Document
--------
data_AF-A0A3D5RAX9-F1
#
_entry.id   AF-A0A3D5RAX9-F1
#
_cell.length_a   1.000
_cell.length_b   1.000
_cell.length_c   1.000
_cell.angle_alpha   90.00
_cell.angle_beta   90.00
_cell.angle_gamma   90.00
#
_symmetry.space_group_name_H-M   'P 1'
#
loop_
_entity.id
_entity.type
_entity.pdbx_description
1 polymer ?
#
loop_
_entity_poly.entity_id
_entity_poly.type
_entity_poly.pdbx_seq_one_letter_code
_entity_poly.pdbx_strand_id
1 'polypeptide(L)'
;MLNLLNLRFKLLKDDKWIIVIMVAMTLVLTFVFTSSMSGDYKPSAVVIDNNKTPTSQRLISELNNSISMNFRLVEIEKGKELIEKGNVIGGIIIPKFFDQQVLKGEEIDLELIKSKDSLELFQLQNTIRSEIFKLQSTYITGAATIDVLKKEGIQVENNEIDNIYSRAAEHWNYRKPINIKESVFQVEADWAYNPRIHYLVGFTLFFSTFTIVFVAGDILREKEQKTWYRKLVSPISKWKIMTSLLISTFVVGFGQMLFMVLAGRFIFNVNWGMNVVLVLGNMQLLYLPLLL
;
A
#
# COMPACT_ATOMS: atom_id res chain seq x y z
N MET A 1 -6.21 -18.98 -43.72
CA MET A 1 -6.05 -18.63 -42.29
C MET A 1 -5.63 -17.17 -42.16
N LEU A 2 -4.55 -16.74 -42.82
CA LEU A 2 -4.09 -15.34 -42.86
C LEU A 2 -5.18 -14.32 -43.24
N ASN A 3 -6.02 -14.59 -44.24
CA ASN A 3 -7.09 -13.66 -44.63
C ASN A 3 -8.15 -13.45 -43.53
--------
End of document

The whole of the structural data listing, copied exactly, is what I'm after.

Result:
data_AF-A0A3D5RAX9-F1
#
_entry.id   AF-A0A3D5RAX9-F1
#
_cell.length_a   1.000
_cell.length_b   1.000
_cell.length_c   1.000
_cell.angle_alpha   90.00
_cell.angle_beta   90.00
_cell.angle_gamma   90.00
#
_symmetry.space_group_name_H-M   'P 1'
#
loop_
_entity.id
_entity.type
_entity.pdbx_description
1 polymer ?
#
loop_
_entity_poly.entity_id
_entity_poly.type
_entity_poly.pdbx_seq_one_letter_code
_entity_poly.pdbx_strand_id
1 'polypeptide(L)'
;MLNLLNLRFKLLKDDKWIIVIMVAMTLVLTFVFTSSMSGDYKPSAVVIDNNKTPTSQRLISELNNSISMNFRLVEIEKGKELIEKGNVIGGIIIPKFFDQQVLKGEEIDLELIKSKDSLELFQLQNTIRSEIFKLQSTYITGAATIDVLKKEGIQVENNEIDNIYSRAAEHWNYRKPINIKESVFQVEADWAYNPRIHYLVGFTLFFSTFTIVFVAGDILREKEQKTWYRKLVSPISKWKIMTSLLISTFVVGFGQMLFMVLAGRFIFNVNWGMNVVLVLGNMQLLYLPLLL
;
A
#
# COMPACT_ATOMS: atom_id res chain seq x y z
N MET A 1 -6.21 -18.98 -43.72
CA MET A 1 -6.05 -18.63 -42.29
C MET A 1 -5.63 -17.17 -42.16
N LEU A 2 -4.55 -16.74 -42.82
CA LEU A 2 -4.09 -15.34 -42.86
C LEU A 2 -5.18 -14.32 -43.24
N ASN A 3 -6.02 -14.59 -44.24
CA ASN A 3 -7.09 -13.66 -44.63
C ASN A 3 -8.15 -13.45 -43.53